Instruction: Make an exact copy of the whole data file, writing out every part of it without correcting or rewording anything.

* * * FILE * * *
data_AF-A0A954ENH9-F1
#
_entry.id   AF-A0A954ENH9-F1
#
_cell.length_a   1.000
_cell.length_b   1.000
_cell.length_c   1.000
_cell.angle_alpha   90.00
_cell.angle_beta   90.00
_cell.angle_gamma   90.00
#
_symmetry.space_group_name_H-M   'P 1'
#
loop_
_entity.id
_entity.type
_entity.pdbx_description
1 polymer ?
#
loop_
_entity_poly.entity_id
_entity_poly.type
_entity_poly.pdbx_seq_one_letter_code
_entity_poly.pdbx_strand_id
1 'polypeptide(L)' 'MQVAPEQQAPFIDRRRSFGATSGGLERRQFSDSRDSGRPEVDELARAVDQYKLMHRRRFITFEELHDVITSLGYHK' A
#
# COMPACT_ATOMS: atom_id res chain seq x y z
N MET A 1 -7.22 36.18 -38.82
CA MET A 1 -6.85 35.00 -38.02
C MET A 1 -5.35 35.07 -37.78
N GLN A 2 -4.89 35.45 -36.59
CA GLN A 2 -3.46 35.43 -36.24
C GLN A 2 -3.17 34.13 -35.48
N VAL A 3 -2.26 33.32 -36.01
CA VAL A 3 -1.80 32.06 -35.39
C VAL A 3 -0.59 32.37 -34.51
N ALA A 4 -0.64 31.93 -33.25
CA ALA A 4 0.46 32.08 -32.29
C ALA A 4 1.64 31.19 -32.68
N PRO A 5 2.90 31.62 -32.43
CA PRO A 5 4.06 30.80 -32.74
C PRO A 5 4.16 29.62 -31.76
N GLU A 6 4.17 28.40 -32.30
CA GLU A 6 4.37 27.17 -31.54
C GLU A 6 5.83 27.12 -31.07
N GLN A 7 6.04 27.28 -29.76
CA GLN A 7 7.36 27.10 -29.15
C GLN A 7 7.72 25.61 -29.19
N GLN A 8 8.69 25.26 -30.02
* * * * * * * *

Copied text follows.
data_AF-A0A954ENH9-F1
#
_entry.id   AF-A0A954ENH9-F1
#
_cell.length_a   1.000
_cell.length_b   1.000
_cell.length_c   1.000
_cell.angle_alpha   90.00
_cell.angle_beta   90.00
_cell.angle_gamma   90.00
#
_symmetry.space_group_name_H-M   'P 1'
#
loop_
_entity.id
_entity.type
_entity.pdbx_description
1 polymer ?
#
loop_
_entity_poly.entity_id
_entity_poly.type
_entity_poly.pdbx_seq_one_letter_code
_entity_poly.pdbx_strand_id
1 'polypeptide(L)' 'MQVAPEQQAPFIDRRRSFGATSGGLERRQFSDSRDSGRPEVDELARAVDQYKLMHRRRFITFEELHDVITSLGYHK' A
#
# COMPACT_ATOMS: atom_id res chain seq x y z
N MET A 1 -7.22 36.18 -38.82
CA MET A 1 -6.85 35.00 -38.02
C MET A 1 -5.35 35.07 -37.78
N GLN A 2 -4.89 35.45 -36.59
CA GLN A 2 -3.46 35.43 -36.24
C GLN A 2 -3.17 34.13 -35.48
N VAL A 3 -2.26 33.32 -36.01
CA VAL A 3 -1.80 32.06 -35.39
C VAL A 3 -0.59 32.37 -34.51
N ALA A 4 -0.64 31.93 -33.25
CA ALA A 4 0.46 32.08 -32.29
C ALA A 4 1.64 31.19 -32.68
N PRO A 5 2.90 31.62 -32.43
CA PRO A 5 4.06 30.80 -32.74
C PRO A 5 4.16 29.62 -31.76
N GLU A 6 4.17 28.40 -32.30
CA GLU A 6 4.37 27.17 -31.54
C GLU A 6 5.83 27.12 -31.07
N GLN A 7 6.04 27.28 -29.76
CA GLN A 7 7.36 27.10 -29.15
C GLN A 7 7.72 25.61 -29.19
N GLN A 8 8.69 25.26 -30.02